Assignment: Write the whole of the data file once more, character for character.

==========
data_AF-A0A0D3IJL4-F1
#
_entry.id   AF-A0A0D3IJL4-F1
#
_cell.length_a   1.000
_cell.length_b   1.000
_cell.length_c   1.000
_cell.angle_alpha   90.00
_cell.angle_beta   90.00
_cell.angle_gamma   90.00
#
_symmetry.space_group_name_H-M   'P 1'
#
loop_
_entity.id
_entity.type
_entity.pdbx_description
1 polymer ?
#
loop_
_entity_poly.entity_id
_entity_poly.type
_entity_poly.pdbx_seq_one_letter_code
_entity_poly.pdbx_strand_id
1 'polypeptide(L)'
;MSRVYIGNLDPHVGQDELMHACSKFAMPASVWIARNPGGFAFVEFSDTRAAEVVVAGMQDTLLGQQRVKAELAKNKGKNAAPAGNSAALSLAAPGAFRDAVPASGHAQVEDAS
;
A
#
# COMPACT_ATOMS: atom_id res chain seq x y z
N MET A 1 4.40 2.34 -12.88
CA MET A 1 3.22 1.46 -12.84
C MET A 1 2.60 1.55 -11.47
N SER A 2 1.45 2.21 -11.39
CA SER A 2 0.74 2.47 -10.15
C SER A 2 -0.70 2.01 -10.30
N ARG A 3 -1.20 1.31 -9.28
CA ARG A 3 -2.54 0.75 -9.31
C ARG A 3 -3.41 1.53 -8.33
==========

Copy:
data_AF-A0A0D3IJL4-F1
#
_entry.id   AF-A0A0D3IJL4-F1
#
_cell.length_a   1.000
_cell.length_b   1.000
_cell.length_c   1.000
_cell.angle_alpha   90.00
_cell.angle_beta   90.00
_cell.angle_gamma   90.00
#
_symmetry.space_group_name_H-M   'P 1'
#
loop_
_entity.id
_entity.type
_entity.pdbx_description
1 polymer ?
#
loop_
_entity_poly.entity_id
_entity_poly.type
_entity_poly.pdbx_seq_one_letter_code
_entity_poly.pdbx_strand_id
1 'polypeptide(L)'
;MSRVYIGNLDPHVGQDELMHACSKFAMPASVWIARNPGGFAFVEFSDTRAAEVVVAGMQDTLLGQQRVKAELAKNKGKNAAPAGNSAALSLAAPGAFRDAVPASGHAQVEDAS
;
A
#
# COMPACT_ATOMS: atom_id res chain seq x y z
N MET A 1 4.40 2.34 -12.88
CA MET A 1 3.22 1.46 -12.84
C MET A 1 2.60 1.55 -11.47
N SER A 2 1.45 2.21 -11.39
CA SER A 2 0.74 2.47 -10.15
C SER A 2 -0.70 2.01 -10.30
N ARG A 3 -1.20 1.31 -9.28
CA ARG A 3 -2.54 0.75 -9.31
C ARG A 3 -3.41 1.53 -8.33